That’s clear, especially when Lincoln can support so many restaurants in such close proximity.
Vinton agreed with that summation.
“Even 15 years ago or so, there were just a handful of places to go eat Vietnamese,” she said. “The business ownership has exploded, and a lot of them are along 27th Street.”
After I left Pho Factory, I went across to Vung Tao, which is literally one minute away, on the other side of 27th Street. The broth here is more gentle in flavor, meaty but mild, and the bowl has a different look: thinner, wider slices of beef, lots of tripe tangled in with the noodles and super tender brisket, my favorite element of this bowl.
I met Mickey the next day across town, at her favorite spot. I’m far from the first person she’s taken to House of Hunan, which I guarantee I’d not have discovered on my own. From the outside, it looks like the average strip mall Chinese spot, but it is much more than it seems.
“Nothing beats homemade food,” Mickey said, as we settled into our corner booth. “But this is the closest to homemade.”
Mickey doesn’t usually order pho when she eats at a Vietnamese restaurant. She instead got bun bo hue, a spicy soup with a bright red broth, thicker noodles and pork, among other ingredients, that she said comes from the middle region of Vietnam.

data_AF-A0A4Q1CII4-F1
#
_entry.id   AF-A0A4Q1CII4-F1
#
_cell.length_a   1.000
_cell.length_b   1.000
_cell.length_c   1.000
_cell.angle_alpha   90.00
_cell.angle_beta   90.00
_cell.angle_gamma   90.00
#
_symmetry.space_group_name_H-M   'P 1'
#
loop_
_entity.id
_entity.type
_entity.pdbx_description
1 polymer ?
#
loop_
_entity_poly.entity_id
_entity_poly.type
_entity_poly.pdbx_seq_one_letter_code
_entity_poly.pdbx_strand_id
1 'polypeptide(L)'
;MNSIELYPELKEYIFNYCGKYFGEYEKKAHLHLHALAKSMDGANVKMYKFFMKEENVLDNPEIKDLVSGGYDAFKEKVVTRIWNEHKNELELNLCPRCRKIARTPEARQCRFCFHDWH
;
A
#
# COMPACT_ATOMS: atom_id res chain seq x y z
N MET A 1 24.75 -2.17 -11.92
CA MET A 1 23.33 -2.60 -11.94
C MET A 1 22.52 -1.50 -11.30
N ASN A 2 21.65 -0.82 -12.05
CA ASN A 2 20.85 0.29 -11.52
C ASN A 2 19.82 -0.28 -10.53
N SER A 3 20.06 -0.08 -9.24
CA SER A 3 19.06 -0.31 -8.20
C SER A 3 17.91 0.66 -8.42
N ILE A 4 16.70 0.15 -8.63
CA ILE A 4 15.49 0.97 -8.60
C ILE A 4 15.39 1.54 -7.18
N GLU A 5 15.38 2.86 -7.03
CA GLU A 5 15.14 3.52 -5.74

Mickey’s parents met in Lincoln — her dad, Alex Tran, came here when he was 6, after the fall of Saigon, and her mother, Tuyet Nguyen, when she was in her early 20s. The two met at a Lincoln Vietnamese church, Immaculate Heart of Mary, where they were both in the choir. The family still goes to and volunteers at the church, which is known for serving pho on periodic Sundays and a buffet of takeaway Vietnamese street food and snacks on some Saturdays. (Mickey insisted we check it out, and I left with a savory meat pie and a sweet sesame bun for around two bucks.)
Now, Mickey is 19 and the president of the Vietnamese Student Association at the University of Nebraska-Lincoln, where she’s a sophomore. She didn’t lead me astray on my pho journey, that’s for sure.
House of Hunan had, by far, the most flavorful, meatiest, spiciest broth I tried at any place.
Mickey said her family likes it because it’s a good value for the money, and indeed, it did have a ton of meat, noodles and plenty of toppings, but still kept its balance. I wasn’t left with a bowl of noodles and no meat when I was finished.
So far, Mickey said she hasn’t learned her mom’s cooking secrets; her mom wants her to focus on her computer science studies.
“Everyone knows my mom is an amazing cook, and I never really took it seriously,” Mickey said. “But I want to learn.”
We slurped the last of our noodles and headed out to the parking lot. I felt really lucky that afternoon to have been hanging out with a second-generation Vietnamese-Nebraskan willing to let me in on her family history — and help me find the best version of the soup she so clearly loves.
If you’re smart, you’ll go find a bowl, too.
Vietnamese dining suggestions in Lincoln:
940 N. 26th St.
940 N. 26th St.
House of Hunan
2401 N. 48th St.
Vung Tau Pho Grill
2708 Y St.
Pho Nguyenn Restaurant
611 N. 27th St.
Food critic Sarah Baker Hansen is from Omaha. Columnist Matthew Hansen grew up in Red Cloud. As a married couple they travel Nebraska to share with each other little-known people, unexpected stops and memorable foods. Come along and discover more of what the state has to offer in "The Better Half," an occasional series prepared with support from the Nebraska Community Foundation.